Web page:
Find a Syndicate
To select a syndicate, focus on contacting the larger syndicates that handle submissions from outside writers. There are several hundred syndicates if you look in the annual Syndicate Directory published by Editor & Publisher (comes out in August). But these listings don’t provide much more than address and contact information, though some of the larger syndicates have ads showing who they represent. And a great many of these syndicates are actually self-syndicators or companies representing just a few writers and not looking to handle others.
Thus, you need to narrow down the search, such as with a list of syndicates, which identifies the major syndicates open to outside submissions and which includes information on the types of columns and articles of interest, such as the CCR Syndicates List. Other considerations to keep in mind when choosing the syndicate’s best for you are these:
- Types of columns and articles handled. Ideally, look for a syndicate that already handles your type of column or article series, although a syndicate may not want to handle your material if it is directly competitive with something they already handle.
- Although syndicates are located all over the U.S., the largest ones are based in the major cities, including New York, Los Angeles, the San Francisco Bay Area, San Diego, Chicago, and Kansas City. Generally, in selecting syndicates to contact, look for those in the larger cities.
- Size of syndicate. Ideally, look for a syndicate that has the largest number of subscribers or members, since those are potential buyers for your article, column, or article series. Another indicator of the power of a syndicate is the number of writers it represents and the star-power of these writers. Preferably, look for a syndicate that has (1) the most subscribers or members, (2) the most writer clients, and (3) the most high-profile writers. While it may be more difficult to get these most powerful syndicates to handle your material initially, consider going back later if you have been initially rejected after you have built up more credits, possibly by using a smaller syndicate for the first year or two.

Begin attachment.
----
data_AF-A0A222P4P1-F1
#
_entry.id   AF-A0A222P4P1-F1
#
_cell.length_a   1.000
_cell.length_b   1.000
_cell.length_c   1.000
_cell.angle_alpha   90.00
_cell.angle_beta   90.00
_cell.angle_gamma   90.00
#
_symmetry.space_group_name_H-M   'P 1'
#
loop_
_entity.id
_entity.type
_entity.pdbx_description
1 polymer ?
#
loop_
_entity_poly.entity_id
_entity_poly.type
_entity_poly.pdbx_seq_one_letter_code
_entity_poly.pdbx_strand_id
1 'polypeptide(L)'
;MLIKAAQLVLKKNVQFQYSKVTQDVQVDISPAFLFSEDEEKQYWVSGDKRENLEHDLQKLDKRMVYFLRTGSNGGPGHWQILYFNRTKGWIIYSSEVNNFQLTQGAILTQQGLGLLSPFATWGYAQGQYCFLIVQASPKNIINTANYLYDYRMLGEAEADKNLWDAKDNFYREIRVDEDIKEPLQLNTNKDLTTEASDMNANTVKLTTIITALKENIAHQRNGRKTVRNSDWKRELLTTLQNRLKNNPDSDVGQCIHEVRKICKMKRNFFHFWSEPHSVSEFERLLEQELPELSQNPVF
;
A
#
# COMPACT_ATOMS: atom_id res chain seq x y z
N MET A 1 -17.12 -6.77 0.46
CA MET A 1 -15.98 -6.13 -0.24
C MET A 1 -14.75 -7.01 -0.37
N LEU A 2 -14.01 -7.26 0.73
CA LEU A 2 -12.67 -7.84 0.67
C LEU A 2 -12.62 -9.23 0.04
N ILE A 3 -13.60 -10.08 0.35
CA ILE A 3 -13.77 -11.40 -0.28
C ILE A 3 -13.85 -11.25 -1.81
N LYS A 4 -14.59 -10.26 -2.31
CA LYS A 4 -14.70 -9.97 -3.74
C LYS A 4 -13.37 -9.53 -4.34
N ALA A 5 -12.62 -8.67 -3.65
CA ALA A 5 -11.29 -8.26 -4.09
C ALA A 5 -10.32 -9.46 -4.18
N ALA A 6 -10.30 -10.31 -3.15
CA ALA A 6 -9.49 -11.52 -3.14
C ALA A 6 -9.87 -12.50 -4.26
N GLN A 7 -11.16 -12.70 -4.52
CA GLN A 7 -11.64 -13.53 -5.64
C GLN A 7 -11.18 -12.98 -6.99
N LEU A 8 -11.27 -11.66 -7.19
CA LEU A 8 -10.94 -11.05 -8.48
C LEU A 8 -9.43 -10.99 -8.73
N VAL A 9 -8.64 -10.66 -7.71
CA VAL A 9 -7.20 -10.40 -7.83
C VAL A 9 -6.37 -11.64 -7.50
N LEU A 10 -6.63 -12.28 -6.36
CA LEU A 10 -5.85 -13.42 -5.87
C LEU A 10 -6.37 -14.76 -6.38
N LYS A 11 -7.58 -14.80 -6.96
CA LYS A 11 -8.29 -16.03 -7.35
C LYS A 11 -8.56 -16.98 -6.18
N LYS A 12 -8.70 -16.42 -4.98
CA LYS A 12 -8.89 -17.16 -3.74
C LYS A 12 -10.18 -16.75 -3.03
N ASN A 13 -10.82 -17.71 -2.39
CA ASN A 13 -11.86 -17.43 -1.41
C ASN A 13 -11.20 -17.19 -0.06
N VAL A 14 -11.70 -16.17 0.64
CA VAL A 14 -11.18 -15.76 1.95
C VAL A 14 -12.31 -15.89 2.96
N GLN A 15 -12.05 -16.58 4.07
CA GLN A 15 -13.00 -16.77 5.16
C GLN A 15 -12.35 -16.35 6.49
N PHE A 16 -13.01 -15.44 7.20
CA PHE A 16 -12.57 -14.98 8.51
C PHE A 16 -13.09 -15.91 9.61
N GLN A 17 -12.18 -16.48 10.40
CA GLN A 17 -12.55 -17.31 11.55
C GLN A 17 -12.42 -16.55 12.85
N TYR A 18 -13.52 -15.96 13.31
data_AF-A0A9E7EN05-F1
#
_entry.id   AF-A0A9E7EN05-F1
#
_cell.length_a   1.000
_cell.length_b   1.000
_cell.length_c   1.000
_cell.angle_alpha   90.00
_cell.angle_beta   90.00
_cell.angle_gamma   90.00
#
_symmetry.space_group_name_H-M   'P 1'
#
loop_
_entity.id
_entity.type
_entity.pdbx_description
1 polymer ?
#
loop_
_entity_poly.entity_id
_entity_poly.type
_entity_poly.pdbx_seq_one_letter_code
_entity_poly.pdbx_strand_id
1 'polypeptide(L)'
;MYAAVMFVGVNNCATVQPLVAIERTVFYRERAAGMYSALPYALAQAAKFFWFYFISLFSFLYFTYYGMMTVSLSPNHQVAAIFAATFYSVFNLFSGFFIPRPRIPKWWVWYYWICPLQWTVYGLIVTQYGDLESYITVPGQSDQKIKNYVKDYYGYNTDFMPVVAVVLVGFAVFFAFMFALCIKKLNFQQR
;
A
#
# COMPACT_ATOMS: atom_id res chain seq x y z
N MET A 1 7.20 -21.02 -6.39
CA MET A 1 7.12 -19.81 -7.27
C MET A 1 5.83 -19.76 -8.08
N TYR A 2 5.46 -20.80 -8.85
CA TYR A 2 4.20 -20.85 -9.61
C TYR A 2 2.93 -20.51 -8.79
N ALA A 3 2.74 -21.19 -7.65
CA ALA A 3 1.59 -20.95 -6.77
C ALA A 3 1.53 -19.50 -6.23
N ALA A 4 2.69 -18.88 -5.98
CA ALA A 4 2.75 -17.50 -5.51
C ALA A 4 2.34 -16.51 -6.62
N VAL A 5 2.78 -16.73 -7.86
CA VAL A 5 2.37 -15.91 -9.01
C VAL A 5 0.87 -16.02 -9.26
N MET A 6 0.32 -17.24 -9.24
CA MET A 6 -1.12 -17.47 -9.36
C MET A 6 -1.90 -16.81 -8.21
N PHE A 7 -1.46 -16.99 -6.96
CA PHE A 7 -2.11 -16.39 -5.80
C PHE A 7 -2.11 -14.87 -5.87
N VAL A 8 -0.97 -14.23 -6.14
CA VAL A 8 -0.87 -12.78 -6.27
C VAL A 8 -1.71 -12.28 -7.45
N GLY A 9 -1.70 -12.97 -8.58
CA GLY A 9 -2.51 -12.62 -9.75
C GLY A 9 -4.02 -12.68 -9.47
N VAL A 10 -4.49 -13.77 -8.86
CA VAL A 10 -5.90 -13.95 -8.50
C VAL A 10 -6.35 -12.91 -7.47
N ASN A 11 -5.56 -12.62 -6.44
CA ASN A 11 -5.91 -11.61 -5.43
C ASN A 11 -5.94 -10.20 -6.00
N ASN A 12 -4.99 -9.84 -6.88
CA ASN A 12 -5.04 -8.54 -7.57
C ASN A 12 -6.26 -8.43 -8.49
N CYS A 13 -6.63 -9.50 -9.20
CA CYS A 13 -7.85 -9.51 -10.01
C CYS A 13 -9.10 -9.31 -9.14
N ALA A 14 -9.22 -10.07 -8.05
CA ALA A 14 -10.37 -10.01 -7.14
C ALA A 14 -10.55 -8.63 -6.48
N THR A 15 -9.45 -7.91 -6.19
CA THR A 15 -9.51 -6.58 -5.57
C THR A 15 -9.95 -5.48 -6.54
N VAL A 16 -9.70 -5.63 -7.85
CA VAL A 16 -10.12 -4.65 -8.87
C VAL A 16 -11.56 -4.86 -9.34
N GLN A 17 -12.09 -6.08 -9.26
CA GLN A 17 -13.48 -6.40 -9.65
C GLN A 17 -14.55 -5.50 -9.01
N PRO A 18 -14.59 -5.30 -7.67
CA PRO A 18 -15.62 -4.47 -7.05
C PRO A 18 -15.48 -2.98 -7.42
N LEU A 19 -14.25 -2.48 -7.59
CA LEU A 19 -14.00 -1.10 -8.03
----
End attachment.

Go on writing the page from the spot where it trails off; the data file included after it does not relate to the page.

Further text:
Send Queries to Syndicates
When you send a query to a syndicate, generally start with an initial query letter, unless the syndicate specifically invites you to send materials along with your letter. Most syndicates ask for a query letter first. In some cases, you can query by email, but a formal letter still looks more impressive. Generally, don’t send a fax unless you first get permission to do so, and at most, use the phone to check whether there is enough interest in your idea to send an initial query letter or to check for very recent contact changes. However, since there are usually only one or a few contacts at any syndicate, it is often faster and easier to send out your initial query letter with a few published samples or a bio than to call each syndicate.
If you already have an article, columns, or series articles published, you can include these along with your letter plus a bio. Or if you have extensive bio information on a website, you might let your publications speak for themselves and simply include a referral to the URL of your website. This way, your more powerful website can speak for you rather than a simple bio sheet.
Alternatively, if you don’t already have any published columns or articles to send, include a bio along with a description of these columns. That was my approach when I initially contacted the Oakland Tribune and L.A. Downtown News. I started off with a one-page description to introduce the column plus a cover letter.